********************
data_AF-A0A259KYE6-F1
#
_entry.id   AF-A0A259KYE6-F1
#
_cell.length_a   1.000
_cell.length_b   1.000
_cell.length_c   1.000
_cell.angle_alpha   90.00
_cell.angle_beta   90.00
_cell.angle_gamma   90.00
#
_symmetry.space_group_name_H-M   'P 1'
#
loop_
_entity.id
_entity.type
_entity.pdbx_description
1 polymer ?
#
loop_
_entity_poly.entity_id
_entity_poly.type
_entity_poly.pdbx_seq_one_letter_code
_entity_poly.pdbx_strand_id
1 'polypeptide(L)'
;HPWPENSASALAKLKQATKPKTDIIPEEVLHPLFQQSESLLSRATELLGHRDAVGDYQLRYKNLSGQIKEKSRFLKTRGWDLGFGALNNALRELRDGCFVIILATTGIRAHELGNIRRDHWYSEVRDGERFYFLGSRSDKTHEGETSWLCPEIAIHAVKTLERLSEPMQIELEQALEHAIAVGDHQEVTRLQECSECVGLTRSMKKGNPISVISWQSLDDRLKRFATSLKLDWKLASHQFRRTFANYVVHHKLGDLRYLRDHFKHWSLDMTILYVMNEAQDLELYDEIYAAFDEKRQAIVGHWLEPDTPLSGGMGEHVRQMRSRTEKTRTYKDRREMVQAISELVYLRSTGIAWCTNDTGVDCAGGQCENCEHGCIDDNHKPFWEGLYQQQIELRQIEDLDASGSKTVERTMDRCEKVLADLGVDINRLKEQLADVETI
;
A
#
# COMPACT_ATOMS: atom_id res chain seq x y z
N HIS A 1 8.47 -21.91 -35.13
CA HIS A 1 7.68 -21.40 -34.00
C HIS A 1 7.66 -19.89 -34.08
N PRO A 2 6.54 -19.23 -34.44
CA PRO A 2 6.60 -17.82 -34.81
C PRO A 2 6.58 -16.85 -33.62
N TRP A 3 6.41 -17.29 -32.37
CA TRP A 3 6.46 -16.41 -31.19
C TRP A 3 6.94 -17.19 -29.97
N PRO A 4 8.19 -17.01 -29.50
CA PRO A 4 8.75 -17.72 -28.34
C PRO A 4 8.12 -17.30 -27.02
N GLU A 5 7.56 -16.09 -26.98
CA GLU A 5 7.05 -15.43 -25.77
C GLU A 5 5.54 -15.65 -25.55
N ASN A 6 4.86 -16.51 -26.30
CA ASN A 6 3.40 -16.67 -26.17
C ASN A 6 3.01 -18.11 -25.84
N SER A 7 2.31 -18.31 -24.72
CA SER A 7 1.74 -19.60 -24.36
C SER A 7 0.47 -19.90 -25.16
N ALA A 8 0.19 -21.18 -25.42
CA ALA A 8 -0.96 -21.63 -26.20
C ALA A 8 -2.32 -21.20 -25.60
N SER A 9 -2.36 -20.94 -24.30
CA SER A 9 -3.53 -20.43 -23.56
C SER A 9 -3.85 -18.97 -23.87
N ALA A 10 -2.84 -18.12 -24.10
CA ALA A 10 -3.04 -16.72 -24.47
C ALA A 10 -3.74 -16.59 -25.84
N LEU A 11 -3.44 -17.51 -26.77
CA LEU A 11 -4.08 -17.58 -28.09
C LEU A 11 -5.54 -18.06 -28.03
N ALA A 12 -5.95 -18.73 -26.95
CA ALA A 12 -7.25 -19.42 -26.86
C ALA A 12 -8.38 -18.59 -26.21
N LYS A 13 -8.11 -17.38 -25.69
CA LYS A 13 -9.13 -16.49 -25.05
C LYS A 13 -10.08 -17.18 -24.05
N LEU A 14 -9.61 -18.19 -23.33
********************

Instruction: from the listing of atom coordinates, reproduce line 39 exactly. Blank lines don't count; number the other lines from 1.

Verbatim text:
C TRP A 3 6.94 -17.19 -29.97